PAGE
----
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Scaling, airbrush, cropping and other ways to transform a portrait

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  1. Introduction
  2. Catholic doctrine at Clongowes
  3. The moral confliction
  4. Existence of the chaos
  5. Conclusion
  6. Works cited

Tempora mutantur et nos mutamur in illis. The times change, and we change in them. In Portrait of the Artist as a Young Man, Stephen Dedalus certainly transforms over time. At the core of this modernist novel lie issues of religion, art, aesthetic, and conversion. James Joyce brilliantly constructs this Bildungsroman using a narrator who speaks as though Stephen might, and develops alongside him giving insight into his ideological journey. This voyage carts our protagonist from a life of sin, to one of religious devotion, and ultimately to a life of art. This quasi-autobiographical religious conversion proves definitive and inevitable as Stephen becomes isolated from Catholicism and must decide where his future is taking him.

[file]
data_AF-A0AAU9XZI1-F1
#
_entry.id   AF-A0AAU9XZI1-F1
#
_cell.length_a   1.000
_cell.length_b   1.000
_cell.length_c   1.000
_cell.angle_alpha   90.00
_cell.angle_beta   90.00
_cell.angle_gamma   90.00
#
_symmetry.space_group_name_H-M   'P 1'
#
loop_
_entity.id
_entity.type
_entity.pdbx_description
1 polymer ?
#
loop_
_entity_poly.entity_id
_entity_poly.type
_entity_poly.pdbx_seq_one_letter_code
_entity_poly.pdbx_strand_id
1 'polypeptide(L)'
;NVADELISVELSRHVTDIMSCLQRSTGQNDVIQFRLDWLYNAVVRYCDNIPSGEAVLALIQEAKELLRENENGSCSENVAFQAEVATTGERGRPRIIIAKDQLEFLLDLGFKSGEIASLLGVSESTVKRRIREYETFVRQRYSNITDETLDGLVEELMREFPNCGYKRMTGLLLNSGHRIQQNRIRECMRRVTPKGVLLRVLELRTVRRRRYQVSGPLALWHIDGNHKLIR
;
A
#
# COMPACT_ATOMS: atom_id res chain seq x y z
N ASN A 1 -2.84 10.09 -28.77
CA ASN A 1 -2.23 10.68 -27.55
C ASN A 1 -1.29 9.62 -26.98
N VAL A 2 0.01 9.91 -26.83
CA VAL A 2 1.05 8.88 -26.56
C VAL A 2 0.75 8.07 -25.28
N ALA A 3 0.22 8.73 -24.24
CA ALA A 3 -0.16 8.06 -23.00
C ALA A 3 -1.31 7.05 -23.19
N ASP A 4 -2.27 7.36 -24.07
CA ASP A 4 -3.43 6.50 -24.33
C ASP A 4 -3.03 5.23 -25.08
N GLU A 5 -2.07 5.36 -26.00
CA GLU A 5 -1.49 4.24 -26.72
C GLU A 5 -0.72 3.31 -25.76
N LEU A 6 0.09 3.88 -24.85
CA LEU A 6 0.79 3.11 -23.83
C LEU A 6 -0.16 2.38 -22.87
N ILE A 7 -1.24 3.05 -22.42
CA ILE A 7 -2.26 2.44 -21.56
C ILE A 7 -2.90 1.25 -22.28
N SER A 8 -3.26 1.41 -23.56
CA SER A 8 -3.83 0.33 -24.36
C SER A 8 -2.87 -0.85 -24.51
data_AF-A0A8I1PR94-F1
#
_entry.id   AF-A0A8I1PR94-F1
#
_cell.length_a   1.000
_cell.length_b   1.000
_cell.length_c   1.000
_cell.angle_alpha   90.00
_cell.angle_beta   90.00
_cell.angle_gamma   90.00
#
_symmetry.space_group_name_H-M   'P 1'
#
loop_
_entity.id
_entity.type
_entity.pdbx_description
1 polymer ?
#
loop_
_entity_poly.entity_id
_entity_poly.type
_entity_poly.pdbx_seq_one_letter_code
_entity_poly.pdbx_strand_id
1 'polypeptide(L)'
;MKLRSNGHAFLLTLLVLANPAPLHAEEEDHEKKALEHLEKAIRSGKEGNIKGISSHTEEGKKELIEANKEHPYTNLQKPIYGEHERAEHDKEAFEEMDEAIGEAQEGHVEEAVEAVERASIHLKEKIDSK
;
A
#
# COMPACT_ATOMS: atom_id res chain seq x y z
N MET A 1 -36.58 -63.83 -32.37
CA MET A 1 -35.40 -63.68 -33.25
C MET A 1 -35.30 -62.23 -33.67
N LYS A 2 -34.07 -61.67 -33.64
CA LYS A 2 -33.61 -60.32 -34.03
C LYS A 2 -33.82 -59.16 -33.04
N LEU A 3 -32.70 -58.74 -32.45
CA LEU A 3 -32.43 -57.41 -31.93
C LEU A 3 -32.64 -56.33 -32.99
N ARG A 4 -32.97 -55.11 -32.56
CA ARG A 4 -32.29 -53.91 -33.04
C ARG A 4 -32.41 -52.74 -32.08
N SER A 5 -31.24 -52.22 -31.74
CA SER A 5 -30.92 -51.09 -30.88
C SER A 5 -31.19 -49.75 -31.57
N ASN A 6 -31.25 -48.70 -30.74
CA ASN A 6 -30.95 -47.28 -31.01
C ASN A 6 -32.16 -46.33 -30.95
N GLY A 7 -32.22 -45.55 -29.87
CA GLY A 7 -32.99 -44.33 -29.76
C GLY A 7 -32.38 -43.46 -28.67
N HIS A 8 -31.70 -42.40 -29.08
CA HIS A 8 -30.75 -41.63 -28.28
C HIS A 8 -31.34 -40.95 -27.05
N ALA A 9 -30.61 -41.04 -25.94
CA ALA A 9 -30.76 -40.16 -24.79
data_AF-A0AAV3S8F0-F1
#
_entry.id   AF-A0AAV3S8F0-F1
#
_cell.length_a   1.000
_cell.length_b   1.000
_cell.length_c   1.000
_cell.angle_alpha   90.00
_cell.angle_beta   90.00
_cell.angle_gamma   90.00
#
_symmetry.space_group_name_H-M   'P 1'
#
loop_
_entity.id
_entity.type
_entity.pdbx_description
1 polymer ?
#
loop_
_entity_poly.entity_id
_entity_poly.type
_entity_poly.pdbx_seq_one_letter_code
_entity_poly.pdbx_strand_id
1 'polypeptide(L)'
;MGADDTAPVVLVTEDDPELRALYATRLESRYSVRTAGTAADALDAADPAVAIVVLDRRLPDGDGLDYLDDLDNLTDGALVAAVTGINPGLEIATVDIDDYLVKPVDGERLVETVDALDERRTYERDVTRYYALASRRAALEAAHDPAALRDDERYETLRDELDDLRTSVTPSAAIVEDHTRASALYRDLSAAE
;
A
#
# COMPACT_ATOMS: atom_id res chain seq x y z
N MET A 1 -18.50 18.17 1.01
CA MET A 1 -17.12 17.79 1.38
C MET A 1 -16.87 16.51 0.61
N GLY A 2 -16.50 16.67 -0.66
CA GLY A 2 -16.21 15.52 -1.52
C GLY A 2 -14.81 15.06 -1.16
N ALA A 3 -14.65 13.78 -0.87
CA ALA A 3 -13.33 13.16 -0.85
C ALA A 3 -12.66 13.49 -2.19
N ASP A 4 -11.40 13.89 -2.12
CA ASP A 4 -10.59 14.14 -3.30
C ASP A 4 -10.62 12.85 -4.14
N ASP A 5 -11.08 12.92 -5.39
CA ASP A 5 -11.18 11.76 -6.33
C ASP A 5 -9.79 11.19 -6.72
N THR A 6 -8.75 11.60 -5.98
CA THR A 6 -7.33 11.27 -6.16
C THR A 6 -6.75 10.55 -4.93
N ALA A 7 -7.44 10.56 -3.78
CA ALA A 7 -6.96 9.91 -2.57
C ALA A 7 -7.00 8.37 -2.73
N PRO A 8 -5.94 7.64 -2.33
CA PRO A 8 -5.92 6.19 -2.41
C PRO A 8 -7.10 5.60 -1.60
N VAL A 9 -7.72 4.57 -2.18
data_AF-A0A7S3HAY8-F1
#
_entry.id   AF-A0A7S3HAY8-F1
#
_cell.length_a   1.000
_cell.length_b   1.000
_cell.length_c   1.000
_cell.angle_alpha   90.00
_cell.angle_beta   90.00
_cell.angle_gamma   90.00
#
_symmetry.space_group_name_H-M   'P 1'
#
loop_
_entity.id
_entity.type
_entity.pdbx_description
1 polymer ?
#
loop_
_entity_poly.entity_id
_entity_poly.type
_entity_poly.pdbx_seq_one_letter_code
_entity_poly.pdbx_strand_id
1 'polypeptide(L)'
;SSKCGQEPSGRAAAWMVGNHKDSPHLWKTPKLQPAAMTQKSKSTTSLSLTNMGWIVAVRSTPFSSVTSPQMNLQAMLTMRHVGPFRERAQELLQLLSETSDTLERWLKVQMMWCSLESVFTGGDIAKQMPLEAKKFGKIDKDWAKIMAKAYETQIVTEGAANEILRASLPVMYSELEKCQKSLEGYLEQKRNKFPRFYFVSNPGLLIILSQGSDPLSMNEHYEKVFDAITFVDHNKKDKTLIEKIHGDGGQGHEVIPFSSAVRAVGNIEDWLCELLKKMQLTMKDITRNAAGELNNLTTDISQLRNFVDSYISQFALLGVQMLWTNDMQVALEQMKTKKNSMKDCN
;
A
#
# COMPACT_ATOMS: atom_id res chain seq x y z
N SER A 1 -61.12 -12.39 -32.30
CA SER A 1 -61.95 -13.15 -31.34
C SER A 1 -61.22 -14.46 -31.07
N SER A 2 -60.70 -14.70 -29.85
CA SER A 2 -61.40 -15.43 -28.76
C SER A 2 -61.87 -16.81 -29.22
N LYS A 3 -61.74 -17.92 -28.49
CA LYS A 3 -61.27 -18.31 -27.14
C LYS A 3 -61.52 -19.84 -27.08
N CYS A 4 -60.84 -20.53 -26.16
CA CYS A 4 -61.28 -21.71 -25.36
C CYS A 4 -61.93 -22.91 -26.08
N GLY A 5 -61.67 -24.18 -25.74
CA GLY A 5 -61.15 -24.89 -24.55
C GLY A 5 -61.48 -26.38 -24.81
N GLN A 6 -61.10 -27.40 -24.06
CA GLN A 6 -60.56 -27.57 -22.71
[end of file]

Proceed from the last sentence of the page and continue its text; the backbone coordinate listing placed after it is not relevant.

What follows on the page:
[...] His conscious leads him to a confessional in which he repents of his sins and declares, past was past.? (158) At this point in the novel several things occur. First, Stephen takes the same passion that he had invested into prostitutes and converts it into a type of spiritual drive that leads him to reject all worldly pleasures, including mortifying his sense of smell, and avoiding eye contact with women. Although this attempt to become self-depriving is remarkable, Joyce underscores it severely with a dramatic change in the prose style. [...]


[...] Despite his greatest efforts to cast off his culture, he will forever be a product of his past. Though, even with these ties Stephen describes his ideal self as necessarily isolated, so that even the greatest of these influences has little effect on him at all. The last section of the novel converts to a journal form in which Stephen records various thoughts in first person. This change in narrative perspective to that of Stephen's own voice serves many purposes. [...]

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